LAST WORD COLUMN BY KIERAN McCARTHY
I’M always reminded of the late John Corcoran when I hear the calls for Cork inter-county football games to be played in West Cork.
The late Carbery chairman beat that particular drum constantly and loudly so it would be heard all the way up in the city by the powers-that-be.
Big John’s reasoning is still as relevant now as it was back then.
‘As you travel through the division you can only be amazed with the level of facilities being provided by all the clubs. This is a testament to the importance of Gaelic games in this part of the county,’ Corcoran told the Carbery AGM in 2014.
‘As a consequence I am again calling on the county board to allocate at least one senior inter-county fixture involving the Cork football team to this division where the majority of the Cork football support resides.’
Now, in 2019, we have a first step towards a West Cork venue hosting a senior inter-county game with the news that Clonakilty will stage the meeting of Cork U20s and Kerry U20s in the opening round of the John Kerins Cup this Wednesday, 29th (7pm).
This is a new U20 football development league involving Cork, Kerry, Galway, Dublin and Kildare, with all the games taking place between May 29th and June 15th. It’s ideal preparation for Keith Ricken’s Cork U20s ahead of the Munster U20 football championship in July.
Depending on the result in the provincial quarter-final between Waterford and Clare, if Waterford win then the semi-final against Cork will also be held in Clonakilty on July 11th.
Again, another step in the right direction, and the news of next week’s meeting of Cork and Kerry U20s in Clonakilty has been given the thumbs up by current Carbery GAA Chairman Tom Lyons who has, like John Corcoran before him, called on Cork GAA to do whatever they can to bring an inter-county Cork football team to play a meaningful match in West Cork.
‘It’s something we have been after for a long time,’ Lyons said.
‘We want to see a Cork team in action in a serious game and that West Cork supporters get the chance to watch a Cork football team at home.
‘Big John, God rest him, was the first man that pushed it really hard, to get Cork footballers back to West Cork because we would still claim that this is the home of Cork football.
‘I think it will pay dividends down the road if supporters can see players from their own clubs playing in their own area. This is the first step. We will be looking for a national league game down the road.’
Cork U20 boss Ricken is another to endorse a West Cork club hosting an inter-county game. He said: ‘In time, I’d love to see more of it because Cork football is bigger than just having the games in the city.’
He added: ‘I was at the Skibb-Haven U21 semi-final in Kilmacabea and the place was thronged. It was the same for final, Skibb and Dohenys in Castlehaven, a great atmosphere, and I felt it would be good to bring the Cork team there.
‘I said it to (county board secretary) Kevin O’Donovan and he was in agreement. Clon is a lovely venue and all the West Cork lads have to come up to the city for training so it’s nice to go back down there.’
Now that Clonakilty will host this game, West Cork football supporters need to turn out in numbers next Wednesday to support the Rebels. This isn’t a senior national league game but this is, hopefully, the first step towards that.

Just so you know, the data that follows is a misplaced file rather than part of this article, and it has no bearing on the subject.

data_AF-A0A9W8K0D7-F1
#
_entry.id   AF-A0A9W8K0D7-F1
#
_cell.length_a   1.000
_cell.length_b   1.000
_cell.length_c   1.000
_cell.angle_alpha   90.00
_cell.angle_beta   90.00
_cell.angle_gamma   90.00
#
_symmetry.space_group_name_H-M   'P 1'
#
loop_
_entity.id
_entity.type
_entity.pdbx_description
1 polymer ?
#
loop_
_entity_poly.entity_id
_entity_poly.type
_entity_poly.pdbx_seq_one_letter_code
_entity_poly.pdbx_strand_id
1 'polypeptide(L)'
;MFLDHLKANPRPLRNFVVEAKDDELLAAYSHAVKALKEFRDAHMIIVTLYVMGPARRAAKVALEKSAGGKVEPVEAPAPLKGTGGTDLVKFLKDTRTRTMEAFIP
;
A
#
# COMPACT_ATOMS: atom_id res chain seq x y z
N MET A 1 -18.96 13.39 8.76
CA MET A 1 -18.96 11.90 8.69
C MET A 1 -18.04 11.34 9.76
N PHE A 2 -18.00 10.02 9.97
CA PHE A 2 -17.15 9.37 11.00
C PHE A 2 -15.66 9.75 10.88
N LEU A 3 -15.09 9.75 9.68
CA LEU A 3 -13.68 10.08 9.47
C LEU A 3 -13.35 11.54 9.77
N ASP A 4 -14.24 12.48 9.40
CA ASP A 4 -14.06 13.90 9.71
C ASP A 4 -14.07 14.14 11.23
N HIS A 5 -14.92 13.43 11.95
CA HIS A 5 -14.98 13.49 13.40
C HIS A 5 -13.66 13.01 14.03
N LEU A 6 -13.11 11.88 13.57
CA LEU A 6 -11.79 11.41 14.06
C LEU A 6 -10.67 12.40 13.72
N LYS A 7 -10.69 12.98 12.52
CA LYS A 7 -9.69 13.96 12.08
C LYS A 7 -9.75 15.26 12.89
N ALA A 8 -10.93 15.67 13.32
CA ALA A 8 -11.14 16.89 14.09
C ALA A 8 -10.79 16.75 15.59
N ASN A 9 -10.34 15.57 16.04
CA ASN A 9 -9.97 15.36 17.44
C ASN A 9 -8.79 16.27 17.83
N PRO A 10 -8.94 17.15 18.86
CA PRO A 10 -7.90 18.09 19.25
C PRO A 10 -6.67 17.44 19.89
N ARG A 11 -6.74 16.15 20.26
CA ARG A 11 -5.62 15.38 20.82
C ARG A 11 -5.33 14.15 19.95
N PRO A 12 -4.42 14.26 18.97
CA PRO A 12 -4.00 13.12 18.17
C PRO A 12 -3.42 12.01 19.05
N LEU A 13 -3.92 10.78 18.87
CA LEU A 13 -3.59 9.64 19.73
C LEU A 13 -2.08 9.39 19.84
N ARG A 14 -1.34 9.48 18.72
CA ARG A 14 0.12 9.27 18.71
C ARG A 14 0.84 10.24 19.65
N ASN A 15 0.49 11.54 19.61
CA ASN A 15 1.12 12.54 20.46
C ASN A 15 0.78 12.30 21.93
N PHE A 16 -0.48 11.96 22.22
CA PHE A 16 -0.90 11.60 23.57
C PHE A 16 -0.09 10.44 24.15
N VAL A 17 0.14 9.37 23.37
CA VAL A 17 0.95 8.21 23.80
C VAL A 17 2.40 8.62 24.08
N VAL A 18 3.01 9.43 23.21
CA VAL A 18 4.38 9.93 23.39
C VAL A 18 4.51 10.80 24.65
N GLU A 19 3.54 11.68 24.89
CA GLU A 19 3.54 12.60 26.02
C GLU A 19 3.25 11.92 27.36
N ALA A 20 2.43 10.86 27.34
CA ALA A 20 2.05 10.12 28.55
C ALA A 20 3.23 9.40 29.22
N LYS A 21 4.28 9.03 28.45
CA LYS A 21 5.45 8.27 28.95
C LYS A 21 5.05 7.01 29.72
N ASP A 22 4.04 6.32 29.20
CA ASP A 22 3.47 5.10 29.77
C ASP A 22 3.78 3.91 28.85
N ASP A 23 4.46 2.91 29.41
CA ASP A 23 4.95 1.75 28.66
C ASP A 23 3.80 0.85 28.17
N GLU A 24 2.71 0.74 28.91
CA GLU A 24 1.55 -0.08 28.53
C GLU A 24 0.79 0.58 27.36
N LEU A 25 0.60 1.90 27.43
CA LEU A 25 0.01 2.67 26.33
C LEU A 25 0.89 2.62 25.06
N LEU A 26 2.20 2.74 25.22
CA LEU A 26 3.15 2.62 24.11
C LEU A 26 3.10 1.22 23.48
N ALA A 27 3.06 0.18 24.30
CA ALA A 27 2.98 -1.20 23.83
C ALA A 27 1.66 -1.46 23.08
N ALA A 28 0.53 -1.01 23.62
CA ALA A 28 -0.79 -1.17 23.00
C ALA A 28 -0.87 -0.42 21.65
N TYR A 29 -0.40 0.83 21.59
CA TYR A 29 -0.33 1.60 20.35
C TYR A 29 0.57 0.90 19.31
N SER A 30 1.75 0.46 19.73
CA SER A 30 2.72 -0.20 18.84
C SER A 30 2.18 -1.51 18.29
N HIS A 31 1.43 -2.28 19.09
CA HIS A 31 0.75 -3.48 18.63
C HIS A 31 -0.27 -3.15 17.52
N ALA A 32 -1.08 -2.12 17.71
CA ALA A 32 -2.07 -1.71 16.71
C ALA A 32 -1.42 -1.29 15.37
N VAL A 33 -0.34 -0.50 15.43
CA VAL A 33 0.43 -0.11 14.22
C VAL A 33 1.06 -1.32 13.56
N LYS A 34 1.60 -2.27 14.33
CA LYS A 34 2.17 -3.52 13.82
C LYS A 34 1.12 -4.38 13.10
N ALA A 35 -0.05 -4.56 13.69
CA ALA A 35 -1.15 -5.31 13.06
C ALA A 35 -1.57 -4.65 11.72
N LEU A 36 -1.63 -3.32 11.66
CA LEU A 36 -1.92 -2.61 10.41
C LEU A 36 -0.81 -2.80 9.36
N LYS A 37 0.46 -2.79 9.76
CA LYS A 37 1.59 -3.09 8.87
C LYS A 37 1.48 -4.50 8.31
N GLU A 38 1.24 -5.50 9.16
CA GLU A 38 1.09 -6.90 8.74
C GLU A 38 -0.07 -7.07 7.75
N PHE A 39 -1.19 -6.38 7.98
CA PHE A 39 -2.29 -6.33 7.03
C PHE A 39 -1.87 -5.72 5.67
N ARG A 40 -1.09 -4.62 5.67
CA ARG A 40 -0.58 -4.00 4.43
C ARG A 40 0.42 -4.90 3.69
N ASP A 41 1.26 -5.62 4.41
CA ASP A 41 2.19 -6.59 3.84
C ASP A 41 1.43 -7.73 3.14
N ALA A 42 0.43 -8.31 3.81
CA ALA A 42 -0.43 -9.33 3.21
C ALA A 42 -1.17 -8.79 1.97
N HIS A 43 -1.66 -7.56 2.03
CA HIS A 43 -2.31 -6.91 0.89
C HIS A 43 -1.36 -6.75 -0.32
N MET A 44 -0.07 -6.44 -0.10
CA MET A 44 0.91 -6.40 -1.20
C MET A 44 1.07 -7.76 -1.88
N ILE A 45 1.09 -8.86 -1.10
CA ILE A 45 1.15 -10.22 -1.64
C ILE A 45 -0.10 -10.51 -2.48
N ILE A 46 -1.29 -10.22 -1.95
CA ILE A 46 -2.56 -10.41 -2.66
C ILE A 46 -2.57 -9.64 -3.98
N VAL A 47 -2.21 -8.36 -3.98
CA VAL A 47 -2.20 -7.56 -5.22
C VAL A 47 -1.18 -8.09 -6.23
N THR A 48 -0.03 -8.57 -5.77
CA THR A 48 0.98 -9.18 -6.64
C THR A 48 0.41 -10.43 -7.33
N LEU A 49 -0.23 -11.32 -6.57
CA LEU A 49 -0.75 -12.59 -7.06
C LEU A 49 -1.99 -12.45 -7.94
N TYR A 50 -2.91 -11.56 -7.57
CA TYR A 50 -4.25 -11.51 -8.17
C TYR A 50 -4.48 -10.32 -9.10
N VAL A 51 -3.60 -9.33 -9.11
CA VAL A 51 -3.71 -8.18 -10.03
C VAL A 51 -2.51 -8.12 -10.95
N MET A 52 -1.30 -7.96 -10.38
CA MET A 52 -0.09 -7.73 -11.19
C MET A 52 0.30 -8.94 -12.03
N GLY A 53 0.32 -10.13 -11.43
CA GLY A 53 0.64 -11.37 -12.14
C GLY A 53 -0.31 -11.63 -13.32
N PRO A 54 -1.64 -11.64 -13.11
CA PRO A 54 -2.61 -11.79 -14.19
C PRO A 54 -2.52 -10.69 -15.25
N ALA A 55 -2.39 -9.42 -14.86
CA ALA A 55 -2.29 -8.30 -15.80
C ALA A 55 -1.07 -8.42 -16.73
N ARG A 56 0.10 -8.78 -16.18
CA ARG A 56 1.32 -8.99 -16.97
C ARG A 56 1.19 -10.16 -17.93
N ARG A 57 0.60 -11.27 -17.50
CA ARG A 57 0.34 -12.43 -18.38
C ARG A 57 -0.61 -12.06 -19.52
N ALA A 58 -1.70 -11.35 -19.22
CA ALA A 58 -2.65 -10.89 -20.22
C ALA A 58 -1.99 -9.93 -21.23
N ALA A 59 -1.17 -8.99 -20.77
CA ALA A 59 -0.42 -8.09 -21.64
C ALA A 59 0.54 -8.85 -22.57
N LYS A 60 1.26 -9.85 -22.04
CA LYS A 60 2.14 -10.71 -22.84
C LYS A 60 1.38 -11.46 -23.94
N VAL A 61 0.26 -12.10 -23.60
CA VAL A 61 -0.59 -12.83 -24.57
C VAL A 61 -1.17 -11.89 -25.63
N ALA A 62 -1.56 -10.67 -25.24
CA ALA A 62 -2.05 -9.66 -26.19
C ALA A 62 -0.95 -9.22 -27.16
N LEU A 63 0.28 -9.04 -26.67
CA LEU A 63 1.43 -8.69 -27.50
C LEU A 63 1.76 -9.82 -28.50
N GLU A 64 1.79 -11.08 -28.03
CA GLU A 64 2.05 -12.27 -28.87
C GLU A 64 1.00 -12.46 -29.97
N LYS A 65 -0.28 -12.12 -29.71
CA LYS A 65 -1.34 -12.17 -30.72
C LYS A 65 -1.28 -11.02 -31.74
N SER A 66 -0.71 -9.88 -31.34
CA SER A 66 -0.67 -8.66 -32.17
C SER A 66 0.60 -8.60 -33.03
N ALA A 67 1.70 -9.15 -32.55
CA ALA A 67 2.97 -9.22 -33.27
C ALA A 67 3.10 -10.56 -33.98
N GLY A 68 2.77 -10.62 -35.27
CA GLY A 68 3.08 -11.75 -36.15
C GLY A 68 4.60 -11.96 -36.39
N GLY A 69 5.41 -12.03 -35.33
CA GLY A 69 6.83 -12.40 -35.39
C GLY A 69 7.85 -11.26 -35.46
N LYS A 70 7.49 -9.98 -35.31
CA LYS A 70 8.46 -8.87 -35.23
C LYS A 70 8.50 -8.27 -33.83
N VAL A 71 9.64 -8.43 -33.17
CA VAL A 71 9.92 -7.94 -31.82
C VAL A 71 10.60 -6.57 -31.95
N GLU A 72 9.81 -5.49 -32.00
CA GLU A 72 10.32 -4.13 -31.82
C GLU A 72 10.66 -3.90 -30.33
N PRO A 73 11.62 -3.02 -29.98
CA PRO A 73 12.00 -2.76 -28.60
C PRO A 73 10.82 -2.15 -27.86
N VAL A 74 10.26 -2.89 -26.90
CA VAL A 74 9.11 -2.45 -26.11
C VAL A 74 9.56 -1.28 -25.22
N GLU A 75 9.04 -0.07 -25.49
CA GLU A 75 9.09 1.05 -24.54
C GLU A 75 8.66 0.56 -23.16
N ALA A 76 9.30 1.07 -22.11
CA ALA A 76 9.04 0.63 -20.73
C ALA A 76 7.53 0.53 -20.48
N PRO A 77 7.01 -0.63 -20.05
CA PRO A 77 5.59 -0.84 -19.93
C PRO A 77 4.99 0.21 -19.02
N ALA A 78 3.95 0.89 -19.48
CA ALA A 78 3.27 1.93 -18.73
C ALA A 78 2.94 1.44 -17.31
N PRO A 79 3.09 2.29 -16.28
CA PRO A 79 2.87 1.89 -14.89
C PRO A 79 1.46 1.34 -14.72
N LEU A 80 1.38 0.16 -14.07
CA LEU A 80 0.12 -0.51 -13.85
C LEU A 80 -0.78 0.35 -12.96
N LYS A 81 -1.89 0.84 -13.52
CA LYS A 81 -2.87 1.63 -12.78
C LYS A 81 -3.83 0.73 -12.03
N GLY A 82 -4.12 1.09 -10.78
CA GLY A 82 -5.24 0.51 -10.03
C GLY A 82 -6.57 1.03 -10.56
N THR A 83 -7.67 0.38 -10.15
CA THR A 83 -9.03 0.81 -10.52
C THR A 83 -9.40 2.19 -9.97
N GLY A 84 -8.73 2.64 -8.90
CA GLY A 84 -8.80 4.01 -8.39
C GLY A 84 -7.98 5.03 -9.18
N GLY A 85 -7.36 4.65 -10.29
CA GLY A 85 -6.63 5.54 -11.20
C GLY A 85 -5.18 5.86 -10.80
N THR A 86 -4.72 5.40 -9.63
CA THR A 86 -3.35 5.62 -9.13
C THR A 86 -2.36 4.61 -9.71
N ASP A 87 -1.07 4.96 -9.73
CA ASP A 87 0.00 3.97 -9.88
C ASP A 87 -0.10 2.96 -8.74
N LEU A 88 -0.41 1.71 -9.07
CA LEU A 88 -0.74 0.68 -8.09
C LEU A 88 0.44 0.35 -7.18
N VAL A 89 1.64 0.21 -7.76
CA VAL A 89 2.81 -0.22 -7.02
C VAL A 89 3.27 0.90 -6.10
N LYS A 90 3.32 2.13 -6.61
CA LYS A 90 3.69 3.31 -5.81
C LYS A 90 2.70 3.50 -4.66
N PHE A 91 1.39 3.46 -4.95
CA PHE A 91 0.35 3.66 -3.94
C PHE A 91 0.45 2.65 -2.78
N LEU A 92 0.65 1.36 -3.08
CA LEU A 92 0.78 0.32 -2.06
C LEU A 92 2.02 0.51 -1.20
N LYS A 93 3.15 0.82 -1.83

For too long West Cork clubs have been hauled up to the city for county championship games. Go back to 2015 when Castlehaven and O’Donovan Rossa had to drive past Clonakilty’s GAA complex on their way to Páirc Uí Rinn to play a Cork SFC semi-final. It made no sense.
But common sense was applied last year when the Cork senior hurling championship round three meeting of Newcestown and Bandon was held in Clonakilty – despite pressure being applied to bring two West Cork teams up to the city. The crowd that day packed Ahamilla. It showed that Clon is an ideal venue for big games and it highlighted too that there is an appetite locally for matches of this ilk, and bigger, to be held here in West Cork. As Denis Hurley pointed out in his match report: ‘Clonakilty’s perfect hosting was proof that big games like this can be held outside the city.’
Again, when Newcestown and Bandon were drawn together in the opening round of the Cork SHC this season, Clonakilty was the ideal venue once more.
There’s not just Clonakilty as an option, though its location makes it appealing. Castlehaven GAA’s covered all-seater stand that can hold just under 700 supporters is another option for inter-county games in West Cork such as the Cork U20s. There are top-class facilities in this division.
But what matters now is that fans turn out to support the Cork U20s against Kerry on Wednesday. What we don’t want is a small crowd and then when the Carbery GAA Board pushes to bring a Cork national league game to West Cork, that they’re retorted with stats of a small turnout at an U20 game.
In the five-year plan to lift Cork football it was noted that ‘stronger engagement of Cork GAA public with Cork football teams’ is wanted. Bringing the Cork football team into a division that regards itself as ‘the home of Cork football’ and a football stronghold seems a logical step. If all goes well with the Cork U20 footballers and West Cork opens its arms, this might just be the spark that’s needed for bigger games to follow.